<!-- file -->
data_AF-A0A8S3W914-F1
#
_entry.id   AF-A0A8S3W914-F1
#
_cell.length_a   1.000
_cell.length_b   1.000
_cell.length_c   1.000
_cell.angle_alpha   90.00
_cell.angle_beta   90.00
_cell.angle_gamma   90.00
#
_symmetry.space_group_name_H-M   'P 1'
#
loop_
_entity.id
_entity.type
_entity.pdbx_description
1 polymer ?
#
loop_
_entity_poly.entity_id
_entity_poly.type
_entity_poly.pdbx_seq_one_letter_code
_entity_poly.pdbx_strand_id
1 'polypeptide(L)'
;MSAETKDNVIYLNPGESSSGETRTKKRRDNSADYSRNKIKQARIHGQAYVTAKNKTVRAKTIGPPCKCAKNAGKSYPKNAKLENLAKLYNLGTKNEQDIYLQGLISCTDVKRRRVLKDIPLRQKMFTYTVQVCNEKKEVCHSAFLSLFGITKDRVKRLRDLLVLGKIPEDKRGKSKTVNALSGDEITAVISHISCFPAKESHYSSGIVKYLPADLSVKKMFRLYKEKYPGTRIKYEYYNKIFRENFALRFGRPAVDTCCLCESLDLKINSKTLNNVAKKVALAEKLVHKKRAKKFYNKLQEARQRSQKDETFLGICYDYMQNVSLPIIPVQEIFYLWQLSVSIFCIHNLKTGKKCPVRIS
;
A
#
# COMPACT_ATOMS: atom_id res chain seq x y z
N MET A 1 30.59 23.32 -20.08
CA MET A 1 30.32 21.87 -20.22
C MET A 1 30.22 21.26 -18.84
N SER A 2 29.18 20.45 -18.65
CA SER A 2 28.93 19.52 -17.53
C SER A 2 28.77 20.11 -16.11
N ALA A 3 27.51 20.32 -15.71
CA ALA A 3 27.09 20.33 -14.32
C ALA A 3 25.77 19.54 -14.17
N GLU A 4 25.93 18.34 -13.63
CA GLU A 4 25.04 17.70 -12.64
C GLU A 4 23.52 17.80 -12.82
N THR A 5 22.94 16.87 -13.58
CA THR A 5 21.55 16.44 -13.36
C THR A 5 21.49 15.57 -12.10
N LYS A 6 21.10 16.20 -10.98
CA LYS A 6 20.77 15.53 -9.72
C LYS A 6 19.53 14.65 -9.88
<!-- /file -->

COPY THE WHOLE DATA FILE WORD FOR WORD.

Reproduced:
data_AF-A0A8S3W914-F1
#
_entry.id   AF-A0A8S3W914-F1
#
_cell.length_a   1.000
_cell.length_b   1.000
_cell.length_c   1.000
_cell.angle_alpha   90.00
_cell.angle_beta   90.00
_cell.angle_gamma   90.00
#
_symmetry.space_group_name_H-M   'P 1'
#
loop_
_entity.id
_entity.type
_entity.pdbx_description
1 polymer ?
#
loop_
_entity_poly.entity_id
_entity_poly.type
_entity_poly.pdbx_seq_one_letter_code
_entity_poly.pdbx_strand_id
1 'polypeptide(L)'
;MSAETKDNVIYLNPGESSSGETRTKKRRDNSADYSRNKIKQARIHGQAYVTAKNKTVRAKTIGPPCKCAKNAGKSYPKNAKLENLAKLYNLGTKNEQDIYLQGLISCTDVKRRRVLKDIPLRQKMFTYTVQVCNEKKEVCHSAFLSLFGITKDRVKRLRDLLVLGKIPEDKRGKSKTVNALSGDEITAVISHISCFPAKESHYSSGIVKYLPADLSVKKMFRLYKEKYPGTRIKYEYYNKIFRENFALRFGRPAVDTCCLCESLDLKINSKTLNNVAKKVALAEKLVHKKRAKKFYNKLQEARQRSQKDETFLGICYDYMQNVSLPIIPVQEIFYLWQLSVSIFCIHNLKTGKKCPVRIS
;
A
#
# COMPACT_ATOMS: atom_id res chain seq x y z
N MET A 1 30.59 23.32 -20.08
CA MET A 1 30.32 21.87 -20.22
C MET A 1 30.22 21.26 -18.84
N SER A 2 29.18 20.45 -18.65
CA SER A 2 28.93 19.52 -17.53
C SER A 2 28.77 20.11 -16.11
N ALA A 3 27.51 20.32 -15.71
CA ALA A 3 27.09 20.33 -14.32
C ALA A 3 25.77 19.54 -14.17
N GLU A 4 25.93 18.34 -13.63
CA GLU A 4 25.04 17.70 -12.64
C GLU A 4 23.52 17.80 -12.82
N THR A 5 22.94 16.87 -13.58
CA THR A 5 21.55 16.44 -13.36
C THR A 5 21.49 15.57 -12.10
N LYS A 6 21.10 16.20 -10.98
CA LYS A 6 20.77 15.53 -9.72
C LYS A 6 19.53 14.65 -9.88